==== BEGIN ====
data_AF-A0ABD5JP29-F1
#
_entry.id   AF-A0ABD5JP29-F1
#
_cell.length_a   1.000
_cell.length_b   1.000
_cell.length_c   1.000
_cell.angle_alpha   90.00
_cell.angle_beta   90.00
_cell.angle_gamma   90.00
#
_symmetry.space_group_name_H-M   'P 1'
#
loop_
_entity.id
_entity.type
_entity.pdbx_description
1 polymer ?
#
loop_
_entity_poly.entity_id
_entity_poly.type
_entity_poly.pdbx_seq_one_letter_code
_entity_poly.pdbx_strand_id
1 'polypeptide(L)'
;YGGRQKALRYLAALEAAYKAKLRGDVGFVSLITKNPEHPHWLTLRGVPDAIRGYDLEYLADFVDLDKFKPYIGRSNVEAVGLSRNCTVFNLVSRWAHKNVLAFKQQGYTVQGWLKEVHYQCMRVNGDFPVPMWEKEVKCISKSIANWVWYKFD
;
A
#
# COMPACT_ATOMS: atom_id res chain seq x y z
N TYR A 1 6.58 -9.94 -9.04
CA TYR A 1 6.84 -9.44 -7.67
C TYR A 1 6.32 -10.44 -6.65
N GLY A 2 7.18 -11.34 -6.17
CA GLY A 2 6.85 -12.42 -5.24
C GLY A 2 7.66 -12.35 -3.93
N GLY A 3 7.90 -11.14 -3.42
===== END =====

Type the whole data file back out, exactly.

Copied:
data_AF-A0ABD5JP29-F1
#
_entry.id   AF-A0ABD5JP29-F1
#
_cell.length_a   1.000
_cell.length_b   1.000
_cell.length_c   1.000
_cell.angle_alpha   90.00
_cell.angle_beta   90.00
_cell.angle_gamma   90.00
#
_symmetry.space_group_name_H-M   'P 1'
#
loop_
_entity.id
_entity.type
_entity.pdbx_description
1 polymer ?
#
loop_
_entity_poly.entity_id
_entity_poly.type
_entity_poly.pdbx_seq_one_letter_code
_entity_poly.pdbx_strand_id
1 'polypeptide(L)'
;YGGRQKALRYLAALEAAYKAKLRGDVGFVSLITKNPEHPHWLTLRGVPDAIRGYDLEYLADFVDLDKFKPYIGRSNVEAVGLSRNCTVFNLVSRWAHKNVLAFKQQGYTVQGWLKEVHYQCMRVNGDFPVPMWEKEVKCISKSIANWVWYKFD
;
A
#
# COMPACT_ATOMS: atom_id res chain seq x y z
N TYR A 1 6.58 -9.94 -9.04
CA TYR A 1 6.84 -9.44 -7.67
C TYR A 1 6.32 -10.44 -6.65
N GLY A 2 7.18 -11.34 -6.17
CA GLY A 2 6.85 -12.42 -5.24
C GLY A 2 7.66 -12.35 -3.93
N GLY A 3 7.90 -11.14 -3.42